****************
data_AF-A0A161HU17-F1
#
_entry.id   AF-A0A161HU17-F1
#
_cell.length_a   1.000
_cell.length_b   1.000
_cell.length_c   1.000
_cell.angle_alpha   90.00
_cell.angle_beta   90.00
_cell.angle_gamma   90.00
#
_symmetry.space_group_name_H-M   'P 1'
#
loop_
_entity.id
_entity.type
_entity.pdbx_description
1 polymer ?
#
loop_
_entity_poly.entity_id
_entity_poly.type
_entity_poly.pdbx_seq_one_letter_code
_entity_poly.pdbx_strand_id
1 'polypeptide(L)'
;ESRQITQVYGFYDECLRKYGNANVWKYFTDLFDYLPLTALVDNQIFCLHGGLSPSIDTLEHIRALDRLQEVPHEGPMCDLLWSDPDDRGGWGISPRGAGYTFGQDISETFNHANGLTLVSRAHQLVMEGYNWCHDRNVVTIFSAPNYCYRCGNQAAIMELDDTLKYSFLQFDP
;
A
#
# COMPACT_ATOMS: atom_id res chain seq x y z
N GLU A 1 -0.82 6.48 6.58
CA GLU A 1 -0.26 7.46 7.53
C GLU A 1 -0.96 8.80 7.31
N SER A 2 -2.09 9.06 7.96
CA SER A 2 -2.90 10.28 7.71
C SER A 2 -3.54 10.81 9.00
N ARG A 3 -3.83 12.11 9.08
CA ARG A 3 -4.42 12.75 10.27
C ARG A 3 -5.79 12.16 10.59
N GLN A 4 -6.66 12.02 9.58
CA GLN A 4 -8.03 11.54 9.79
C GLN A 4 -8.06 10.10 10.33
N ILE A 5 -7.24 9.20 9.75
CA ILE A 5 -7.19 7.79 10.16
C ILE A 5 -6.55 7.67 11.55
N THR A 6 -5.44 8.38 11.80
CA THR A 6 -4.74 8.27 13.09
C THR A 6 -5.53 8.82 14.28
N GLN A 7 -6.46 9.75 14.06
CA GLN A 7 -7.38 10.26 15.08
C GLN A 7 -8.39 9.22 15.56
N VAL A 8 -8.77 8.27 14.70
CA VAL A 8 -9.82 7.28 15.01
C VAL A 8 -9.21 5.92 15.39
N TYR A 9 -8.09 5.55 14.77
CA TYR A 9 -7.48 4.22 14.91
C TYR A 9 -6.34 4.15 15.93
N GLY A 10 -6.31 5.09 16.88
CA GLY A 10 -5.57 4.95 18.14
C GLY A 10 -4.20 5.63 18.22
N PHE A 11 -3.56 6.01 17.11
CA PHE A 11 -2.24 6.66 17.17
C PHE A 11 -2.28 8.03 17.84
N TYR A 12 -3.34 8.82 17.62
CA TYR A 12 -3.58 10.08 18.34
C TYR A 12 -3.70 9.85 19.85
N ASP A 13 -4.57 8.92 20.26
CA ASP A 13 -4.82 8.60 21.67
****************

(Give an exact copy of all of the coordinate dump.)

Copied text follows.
data_AF-A0A161HU17-F1
#
_entry.id   AF-A0A161HU17-F1
#
_cell.length_a   1.000
_cell.length_b   1.000
_cell.length_c   1.000
_cell.angle_alpha   90.00
_cell.angle_beta   90.00
_cell.angle_gamma   90.00
#
_symmetry.space_group_name_H-M   'P 1'
#
loop_
_entity.id
_entity.type
_entity.pdbx_description
1 polymer ?
#
loop_
_entity_poly.entity_id
_entity_poly.type
_entity_poly.pdbx_seq_one_letter_code
_entity_poly.pdbx_strand_id
1 'polypeptide(L)'
;ESRQITQVYGFYDECLRKYGNANVWKYFTDLFDYLPLTALVDNQIFCLHGGLSPSIDTLEHIRALDRLQEVPHEGPMCDLLWSDPDDRGGWGISPRGAGYTFGQDISETFNHANGLTLVSRAHQLVMEGYNWCHDRNVVTIFSAPNYCYRCGNQAAIMELDDTLKYSFLQFDP
;
A
#
# COMPACT_ATOMS: atom_id res chain seq x y z
N GLU A 1 -0.82 6.48 6.58
CA GLU A 1 -0.26 7.46 7.53
C GLU A 1 -0.96 8.80 7.31
N SER A 2 -2.09 9.06 7.96
CA SER A 2 -2.90 10.28 7.71
C SER A 2 -3.54 10.81 9.00
N ARG A 3 -3.83 12.11 9.08
CA ARG A 3 -4.42 12.75 10.27
C ARG A 3 -5.79 12.16 10.59
N GLN A 4 -6.66 12.02 9.58
CA GLN A 4 -8.03 11.54 9.79
C GLN A 4 -8.06 10.10 10.33
N ILE A 5 -7.24 9.20 9.75
CA ILE A 5 -7.19 7.79 10.16
C ILE A 5 -6.55 7.67 11.55
N THR A 6 -5.44 8.38 11.80
CA THR A 6 -4.74 8.27 13.09
C THR A 6 -5.53 8.82 14.28
N GLN A 7 -6.46 9.75 14.06
CA GLN A 7 -7.38 10.26 15.08
C GLN A 7 -8.39 9.22 15.56
N VAL A 8 -8.77 8.27 14.70
CA VAL A 8 -9.82 7.28 15.01
C VAL A 8 -9.21 5.92 15.39
N TYR A 9 -8.09 5.55 14.77
CA TYR A 9 -7.48 4.22 14.91
C TYR A 9 -6.34 4.15 15.93
N GLY A 10 -6.31 5.09 16.88
CA GLY A 10 -5.57 4.95 18.14
C GLY A 10 -4.20 5.63 18.22
N PHE A 11 -3.56 6.01 17.11
CA PHE A 11 -2.24 6.66 17.17
C PHE A 11 -2.28 8.03 17.84
N TYR A 12 -3.34 8.82 17.62
CA TYR A 12 -3.58 10.08 18.34
C TYR A 12 -3.70 9.85 19.85
N ASP A 13 -4.57 8.92 20.26
CA ASP A 13 -4.82 8.60 21.67